Browsing the shelves of my school library in Year 6, I came across this book and borrowed it. I had no idea what it was about and had never really heard of the Civil War. But when I read those opening lines “Scarlett O’Hara was not beautiful, but men seldom realized it when captivated by her charm as the Tarleton twins were”, it was me who was captivated. I devoured the book. I learned about the Civil War and the Deep South. I read and re-read, watched the movie, then read the book again.
Despite portraying a very romanticised version of slavery, this books makes my top ten because of Scarlett O’Hara and Rhett Butler. They should be utterly unlikeable: Scarlett is conceited and ignorant, Rhett is superior and selfish. Yet they are two of the most entertaining literary heroes ever.
- Extremely loud and incredibly close – Jonathan Safran Foer
This is a book that polarizes people. Some critics hated it, but I think it is brilliant. The protagonist is a nine year old boy, Oskar Schell whose father died in 9/11. The book follows Oskar’s journey to discover information about his father, whilst also exploring the story of his grandparents. I fell in love with Oskar who is the most amazing child narrator I’ve ever encountered.
- Small island – Andrea Levy
A prize-winning book set in England after World War II, which follows the lives of Jamaican immigrants in Britain. The Jamaican men have fought for the ‘mother country’ during the war, but face overt discrimination and bigotry when they attempt to begin a new life in the mother country. This book is beautifully written and I love it because the characters are so vivid, and the themes are both timeless and universal.
- The Guernsey Literary and Potato Peel Pie Society – Mary Ann Shaffer and Annie Barrows
A small community of delightful, quirky characters come together under the German occupation of Guernsey in World War II. Written in epistolary style, this is a heart-warming tale about human nature. Both poignant and entertaining, its author was also a librarian – so I was always going to love this book.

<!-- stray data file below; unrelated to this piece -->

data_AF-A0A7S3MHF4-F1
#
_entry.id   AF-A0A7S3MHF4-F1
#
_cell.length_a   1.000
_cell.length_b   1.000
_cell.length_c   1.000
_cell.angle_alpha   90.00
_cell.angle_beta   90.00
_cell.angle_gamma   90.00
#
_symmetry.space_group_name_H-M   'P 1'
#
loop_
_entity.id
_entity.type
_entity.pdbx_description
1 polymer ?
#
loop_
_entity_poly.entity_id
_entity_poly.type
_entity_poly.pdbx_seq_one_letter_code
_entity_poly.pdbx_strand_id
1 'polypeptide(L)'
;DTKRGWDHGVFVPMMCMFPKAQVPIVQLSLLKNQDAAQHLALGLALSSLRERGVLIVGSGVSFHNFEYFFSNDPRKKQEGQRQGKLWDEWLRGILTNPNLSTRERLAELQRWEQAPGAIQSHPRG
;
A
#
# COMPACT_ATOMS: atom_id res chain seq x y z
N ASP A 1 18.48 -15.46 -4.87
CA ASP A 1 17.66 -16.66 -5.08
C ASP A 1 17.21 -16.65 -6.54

- Back when we were grown ups – Anne Tyler
I love everything Anne Tyler has written. This book is a favourite because it examines a common theme in a unique manner: the self-discovery of a woman who “discovered she had turned into the wrong person”. Set in Baltimore like most of her work, Tyler’s appeal is in her ability to write about the everyday in a distinctive way.
- The Betrayal of Bindy MacKenzie – Jaclyn Moriarty
I love Bindy MacKenzie. She is so perfect somebody wants to kill her. Part thriller, part comedy and part examination of adolescent girl psyche, this young adult book is unforgettable. Bindy MacKenzie has the most distinctive voice of any female protagonist in recent history.
- The idea of perfection – Kate Grenville
How can you not love a book about the idea of perfection? Harley and Douglas have some serious self-worth issues and both are full of their own inadequacies. Set in a small Australian town, accompanying these less-than-perfect characters on their journey of discovery is my idea of perfection.
With special mentions to Little Women – Louisa May Alcott, Treasure Island – Robert Louis Stevenson, Rebecca – Daphne du Maurier, and all of Jane Austen’s works.